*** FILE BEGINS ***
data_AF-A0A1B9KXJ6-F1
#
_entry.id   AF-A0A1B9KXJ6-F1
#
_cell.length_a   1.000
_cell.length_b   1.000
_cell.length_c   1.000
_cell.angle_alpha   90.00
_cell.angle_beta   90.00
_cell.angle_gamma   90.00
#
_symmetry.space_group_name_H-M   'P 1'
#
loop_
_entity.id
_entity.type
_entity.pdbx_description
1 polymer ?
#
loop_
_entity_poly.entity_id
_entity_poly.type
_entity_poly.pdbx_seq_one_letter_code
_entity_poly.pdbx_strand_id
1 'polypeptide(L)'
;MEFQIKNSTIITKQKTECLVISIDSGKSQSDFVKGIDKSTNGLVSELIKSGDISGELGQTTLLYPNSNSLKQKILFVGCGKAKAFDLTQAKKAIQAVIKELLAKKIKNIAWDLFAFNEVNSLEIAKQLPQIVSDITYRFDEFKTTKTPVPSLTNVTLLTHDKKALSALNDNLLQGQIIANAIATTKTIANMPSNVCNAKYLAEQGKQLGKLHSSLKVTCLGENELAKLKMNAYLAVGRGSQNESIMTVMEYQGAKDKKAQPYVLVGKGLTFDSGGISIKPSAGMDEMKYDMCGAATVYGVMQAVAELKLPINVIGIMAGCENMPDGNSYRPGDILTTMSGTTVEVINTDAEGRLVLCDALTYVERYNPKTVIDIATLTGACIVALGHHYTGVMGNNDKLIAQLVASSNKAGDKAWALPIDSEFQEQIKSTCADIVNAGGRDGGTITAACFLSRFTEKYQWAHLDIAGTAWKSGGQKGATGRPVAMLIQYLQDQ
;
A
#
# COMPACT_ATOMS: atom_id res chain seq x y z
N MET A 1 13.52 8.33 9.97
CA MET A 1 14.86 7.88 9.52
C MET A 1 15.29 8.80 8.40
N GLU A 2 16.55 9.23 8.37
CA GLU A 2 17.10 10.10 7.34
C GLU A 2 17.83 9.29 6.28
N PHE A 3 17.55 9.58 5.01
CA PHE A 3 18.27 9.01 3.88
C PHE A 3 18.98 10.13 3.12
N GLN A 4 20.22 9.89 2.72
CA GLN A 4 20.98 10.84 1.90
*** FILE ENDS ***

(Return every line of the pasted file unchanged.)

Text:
data_AF-A0A1B9KXJ6-F1
#
_entry.id   AF-A0A1B9KXJ6-F1
#
_cell.length_a   1.000
_cell.length_b   1.000
_cell.length_c   1.000
_cell.angle_alpha   90.00
_cell.angle_beta   90.00
_cell.angle_gamma   90.00
#
_symmetry.space_group_name_H-M   'P 1'
#
loop_
_entity.id
_entity.type
_entity.pdbx_description
1 polymer ?
#
loop_
_entity_poly.entity_id
_entity_poly.type
_entity_poly.pdbx_seq_one_letter_code
_entity_poly.pdbx_strand_id
1 'polypeptide(L)'
;MEFQIKNSTIITKQKTECLVISIDSGKSQSDFVKGIDKSTNGLVSELIKSGDISGELGQTTLLYPNSNSLKQKILFVGCGKAKAFDLTQAKKAIQAVIKELLAKKIKNIAWDLFAFNEVNSLEIAKQLPQIVSDITYRFDEFKTTKTPVPSLTNVTLLTHDKKALSALNDNLLQGQIIANAIATTKTIANMPSNVCNAKYLAEQGKQLGKLHSSLKVTCLGENELAKLKMNAYLAVGRGSQNESIMTVMEYQGAKDKKAQPYVLVGKGLTFDSGGISIKPSAGMDEMKYDMCGAATVYGVMQAVAELKLPINVIGIMAGCENMPDGNSYRPGDILTTMSGTTVEVINTDAEGRLVLCDALTYVERYNPKTVIDIATLTGACIVALGHHYTGVMGNNDKLIAQLVASSNKAGDKAWALPIDSEFQEQIKSTCADIVNAGGRDGGTITAACFLSRFTEKYQWAHLDIAGTAWKSGGQKGATGRPVAMLIQYLQDQ
;
A
#
# COMPACT_ATOMS: atom_id res chain seq x y z
N MET A 1 13.52 8.33 9.97
CA MET A 1 14.86 7.88 9.52
C MET A 1 15.29 8.80 8.40
N GLU A 2 16.55 9.23 8.37
CA GLU A 2 17.10 10.10 7.34
C GLU A 2 17.83 9.29 6.28
N PHE A 3 17.55 9.58 5.01
CA PHE A 3 18.27 9.01 3.88
C PHE A 3 18.98 10.13 3.12
N GLN A 4 20.22 9.89 2.72
CA GLN A 4 20.98 10.84 1.90